With the Medicare Supplement Plan F, you pay your monthly premium and then the supplement covers 100% of the Medicare approved amounts for the care that she may need. At $205/month this is $2,460 a year - a very reasonable amount to give you and your mom the peace of mind that you won't have any large medical bills.
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Rita and jblum

We want to be concerned with major expense,not the minor, therefore the annual savings of about $2,000 a year for a HDF vs. a F, will go a long way towards covering the deductible of about $2,160 of a HDF plan

They have already figured most people pay much more for the F plan than it covers for typical claims of $400 to $800 a year across the demographic.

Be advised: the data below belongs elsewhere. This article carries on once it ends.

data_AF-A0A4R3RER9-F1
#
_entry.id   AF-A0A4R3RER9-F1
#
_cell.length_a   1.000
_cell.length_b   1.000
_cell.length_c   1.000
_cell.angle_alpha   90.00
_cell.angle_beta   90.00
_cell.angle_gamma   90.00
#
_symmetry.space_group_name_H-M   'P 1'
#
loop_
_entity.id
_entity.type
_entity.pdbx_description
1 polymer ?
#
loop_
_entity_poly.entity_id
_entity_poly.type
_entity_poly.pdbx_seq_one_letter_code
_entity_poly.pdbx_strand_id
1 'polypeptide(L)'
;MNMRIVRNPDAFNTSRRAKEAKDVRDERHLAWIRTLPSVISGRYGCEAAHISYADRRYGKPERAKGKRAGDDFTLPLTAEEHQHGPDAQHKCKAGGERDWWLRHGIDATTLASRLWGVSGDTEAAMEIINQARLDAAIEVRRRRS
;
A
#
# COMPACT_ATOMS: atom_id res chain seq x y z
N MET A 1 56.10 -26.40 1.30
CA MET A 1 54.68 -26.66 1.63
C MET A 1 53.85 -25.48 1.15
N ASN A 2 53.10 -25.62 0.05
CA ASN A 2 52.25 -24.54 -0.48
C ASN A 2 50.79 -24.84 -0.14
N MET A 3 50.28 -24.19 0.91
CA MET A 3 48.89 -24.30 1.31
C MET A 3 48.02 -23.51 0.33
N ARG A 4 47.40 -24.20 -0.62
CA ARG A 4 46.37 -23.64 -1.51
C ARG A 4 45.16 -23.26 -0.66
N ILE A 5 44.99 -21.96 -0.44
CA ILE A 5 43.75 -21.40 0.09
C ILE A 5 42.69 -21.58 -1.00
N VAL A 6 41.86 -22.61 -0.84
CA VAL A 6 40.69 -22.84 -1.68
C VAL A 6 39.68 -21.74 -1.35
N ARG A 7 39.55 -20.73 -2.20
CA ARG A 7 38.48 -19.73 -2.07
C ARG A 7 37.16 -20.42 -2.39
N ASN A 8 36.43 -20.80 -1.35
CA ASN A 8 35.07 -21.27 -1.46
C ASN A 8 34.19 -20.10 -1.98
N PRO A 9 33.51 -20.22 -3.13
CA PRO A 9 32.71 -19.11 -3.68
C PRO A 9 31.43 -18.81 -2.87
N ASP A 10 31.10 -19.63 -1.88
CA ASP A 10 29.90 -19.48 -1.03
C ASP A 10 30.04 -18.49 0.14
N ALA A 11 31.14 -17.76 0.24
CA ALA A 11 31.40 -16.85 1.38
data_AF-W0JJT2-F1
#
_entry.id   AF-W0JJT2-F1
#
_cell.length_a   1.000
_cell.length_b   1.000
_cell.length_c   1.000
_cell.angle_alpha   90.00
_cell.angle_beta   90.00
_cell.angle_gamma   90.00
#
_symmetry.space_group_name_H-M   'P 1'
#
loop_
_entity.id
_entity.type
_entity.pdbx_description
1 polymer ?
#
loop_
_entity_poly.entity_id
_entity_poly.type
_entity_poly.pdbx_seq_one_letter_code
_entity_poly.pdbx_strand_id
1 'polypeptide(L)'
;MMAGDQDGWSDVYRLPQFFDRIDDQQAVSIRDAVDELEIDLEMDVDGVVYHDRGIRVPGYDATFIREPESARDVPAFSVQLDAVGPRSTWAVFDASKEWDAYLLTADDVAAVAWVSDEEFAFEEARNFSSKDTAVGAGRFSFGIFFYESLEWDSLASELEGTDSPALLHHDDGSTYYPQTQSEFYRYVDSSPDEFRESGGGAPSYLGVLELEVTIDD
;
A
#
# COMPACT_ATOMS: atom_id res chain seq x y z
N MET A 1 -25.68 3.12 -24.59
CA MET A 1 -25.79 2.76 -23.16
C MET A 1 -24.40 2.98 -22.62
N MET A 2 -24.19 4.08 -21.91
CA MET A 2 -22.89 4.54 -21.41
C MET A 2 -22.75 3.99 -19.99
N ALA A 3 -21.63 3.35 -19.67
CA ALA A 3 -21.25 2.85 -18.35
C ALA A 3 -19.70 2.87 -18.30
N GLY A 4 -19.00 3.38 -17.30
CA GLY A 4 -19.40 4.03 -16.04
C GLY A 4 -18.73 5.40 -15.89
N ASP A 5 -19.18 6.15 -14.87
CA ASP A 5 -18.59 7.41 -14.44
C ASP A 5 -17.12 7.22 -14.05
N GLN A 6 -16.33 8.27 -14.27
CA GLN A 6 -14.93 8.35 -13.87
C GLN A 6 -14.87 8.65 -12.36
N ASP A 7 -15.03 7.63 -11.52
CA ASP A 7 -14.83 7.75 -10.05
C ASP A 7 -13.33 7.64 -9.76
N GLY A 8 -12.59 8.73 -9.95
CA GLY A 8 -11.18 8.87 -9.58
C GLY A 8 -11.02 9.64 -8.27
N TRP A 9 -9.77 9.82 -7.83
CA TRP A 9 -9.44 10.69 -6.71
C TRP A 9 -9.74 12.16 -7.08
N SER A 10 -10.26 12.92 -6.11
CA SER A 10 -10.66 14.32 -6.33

The best time to get the HDF is at turning 65 or if an MED ADV plan drops coverage , or you move out of plan area

Those who do not keep up with Med ADV changes can be caught short. And the seniors children may not grasp this. Look at the Max OOP (Out of Pocket), for Med Adv it may be as high as $6,500 ,vs The plan HDF of $2,160.

Only a few companies and agent will offer HDF (agents produce much less income . vs F)

I am a HDF 'customer' and I offer them to clients, It makes sense.